Real Estate

Rent or Buy Your Home – which is the Best Option?

“Buying property is the best investment you can make.”

For many, many years, this mantra dominated the economy, and no one suspected that prices could go down. But they did. We all know someone or have heard stories of buyers who have lost a lot of money because of a bad investment in a house or apartment.

In view of the recent past, many people fear purchasing their own home. But they also say that living rented is throwing money away. So, what to do? Buy or rent? Is it true that the mortgage rate, as many people say, is today often less than the monthly payment that a tenant pays? In short, how to get it right?

One mortgage broker Colchester has, suggests that it is a matter of time. Renting is a good option in the short and medium term, since it does not require any big investment to obtain a flat, or even a house. But, in the long term, the majority opt for purchase, because it allows the amortization of the high initial cost faced by those who acquire a house.

If you exceed 5 years renting, the purchase and sale of an equivalent property is more profitable, according to experts.

But since the “short” and “long term” are very uncertain terms, it is important to translate these concepts into concrete time horizons. It could be said that if you are going to exceed five years renting, purchase is more profitable. However, that is only on average, as there are analysts who talk about three years, and others say eight.

With this backdrop, it is essential to take into account the personal factors that intervene in the dilemma of whether to buy or rent. And, above all, it is crucial to look at your own financial circumstances to analyse the pros and cons of each option.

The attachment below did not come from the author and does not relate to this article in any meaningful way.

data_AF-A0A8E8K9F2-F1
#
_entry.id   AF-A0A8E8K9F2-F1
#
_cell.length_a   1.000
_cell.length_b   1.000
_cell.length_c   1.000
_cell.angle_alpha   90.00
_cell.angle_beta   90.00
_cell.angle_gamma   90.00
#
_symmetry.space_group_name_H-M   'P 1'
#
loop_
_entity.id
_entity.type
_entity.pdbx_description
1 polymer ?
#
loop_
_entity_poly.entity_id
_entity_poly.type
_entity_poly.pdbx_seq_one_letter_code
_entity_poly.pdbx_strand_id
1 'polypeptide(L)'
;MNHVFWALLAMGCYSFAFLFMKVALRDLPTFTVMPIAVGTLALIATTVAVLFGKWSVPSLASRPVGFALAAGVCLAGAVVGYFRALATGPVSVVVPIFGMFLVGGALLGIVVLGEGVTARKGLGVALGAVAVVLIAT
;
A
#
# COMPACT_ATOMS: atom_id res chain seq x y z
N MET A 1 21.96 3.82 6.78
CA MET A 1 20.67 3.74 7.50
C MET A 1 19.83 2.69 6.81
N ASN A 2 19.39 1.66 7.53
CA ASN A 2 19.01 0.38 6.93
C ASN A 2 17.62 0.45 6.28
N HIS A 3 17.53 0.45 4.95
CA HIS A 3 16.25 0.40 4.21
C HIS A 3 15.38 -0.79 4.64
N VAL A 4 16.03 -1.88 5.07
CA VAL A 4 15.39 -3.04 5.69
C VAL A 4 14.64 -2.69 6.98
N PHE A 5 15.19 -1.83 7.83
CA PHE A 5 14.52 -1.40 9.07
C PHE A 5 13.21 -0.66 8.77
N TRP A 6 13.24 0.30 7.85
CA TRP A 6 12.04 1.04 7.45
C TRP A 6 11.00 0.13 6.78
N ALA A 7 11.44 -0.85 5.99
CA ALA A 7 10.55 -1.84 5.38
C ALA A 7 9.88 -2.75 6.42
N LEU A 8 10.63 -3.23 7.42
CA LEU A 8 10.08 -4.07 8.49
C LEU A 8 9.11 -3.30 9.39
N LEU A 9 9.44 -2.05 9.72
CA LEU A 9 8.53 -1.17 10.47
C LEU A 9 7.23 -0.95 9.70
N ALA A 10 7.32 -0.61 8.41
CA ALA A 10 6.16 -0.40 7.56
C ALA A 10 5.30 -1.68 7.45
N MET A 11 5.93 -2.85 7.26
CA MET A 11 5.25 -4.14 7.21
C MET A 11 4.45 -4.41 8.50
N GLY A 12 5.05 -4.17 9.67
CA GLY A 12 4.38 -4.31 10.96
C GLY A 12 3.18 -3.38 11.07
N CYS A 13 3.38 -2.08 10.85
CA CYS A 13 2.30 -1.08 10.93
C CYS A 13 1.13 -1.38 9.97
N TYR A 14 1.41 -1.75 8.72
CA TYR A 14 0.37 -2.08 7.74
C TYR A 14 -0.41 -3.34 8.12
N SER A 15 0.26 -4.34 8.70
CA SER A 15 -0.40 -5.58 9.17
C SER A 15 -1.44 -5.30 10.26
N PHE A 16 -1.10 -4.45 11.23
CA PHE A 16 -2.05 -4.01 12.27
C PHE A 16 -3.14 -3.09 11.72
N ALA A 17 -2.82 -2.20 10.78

In favour of purchasing

Interest rates are at historic lows, which has expanded the supply of competitive mortgages. All this at a time when the real estate market is beginning to recover: forecasts rule out further falls and even point to a progressive increase in prices in an annual range of up to 5%, driven by low financing costs and the economic cycle.

Alternatively, you could buy, and then rent that home to get a return. There is no shortage of candidates, as the number of people living on leases has multiplied by three since the financial crisis, exceeding 20%. This can be a good investment option given the uncertainty of the stock market and the low profitability of deposits. Profitability is at its highest since 2007 in the case of rent, and experts expect the price of rental housing to grow more than 10% this year.

Against purchasing

Housing tends to be continually revalued. But history now shows that prices can also fall. And although nothing points today to another bubble, no one can discard it, leaving the buyer tied to their home and with the constant fear that rates rise during the time they are paying the mortgage. The mortgage and associated high expenses of ownership are among the biggest drawbacks.

In favour of renting

It is often said that it is the best option as a temporary solution or as a measure linked to the mobility of the tenant. Without the ties of a mortgage and without having to pay the initial expenses, a lease allows flexibility to change if circumstances change.

In addition, you can usually save on expenses such as the residents association, insurance or maintenance of the apartment. This saving allows, in turn, to dedicate money to other necessities or to invest in the stock market or deposits, where remuneration could rise while the interest rates for the buyers of apartments rise.

Against renting

Property owners often argue that the worst thing about renting is that you pay rent every month, but you will not have any property to show for it. It is what some call – throwing money away.

The rent also depends a lot on who owns the apartment. In addition, you have to take into account that the monthly rent payment does not always remain unchanged, a point that is sometimes forgotten.

It is true that, except for mortgages at a fixed rate, buyers’ payments also vary, but these fluctuations may be lower. The difference is that whoever buys a flat has the obligation to continue paying the bank, while a tenant can always move to a cheaper apartment or house.

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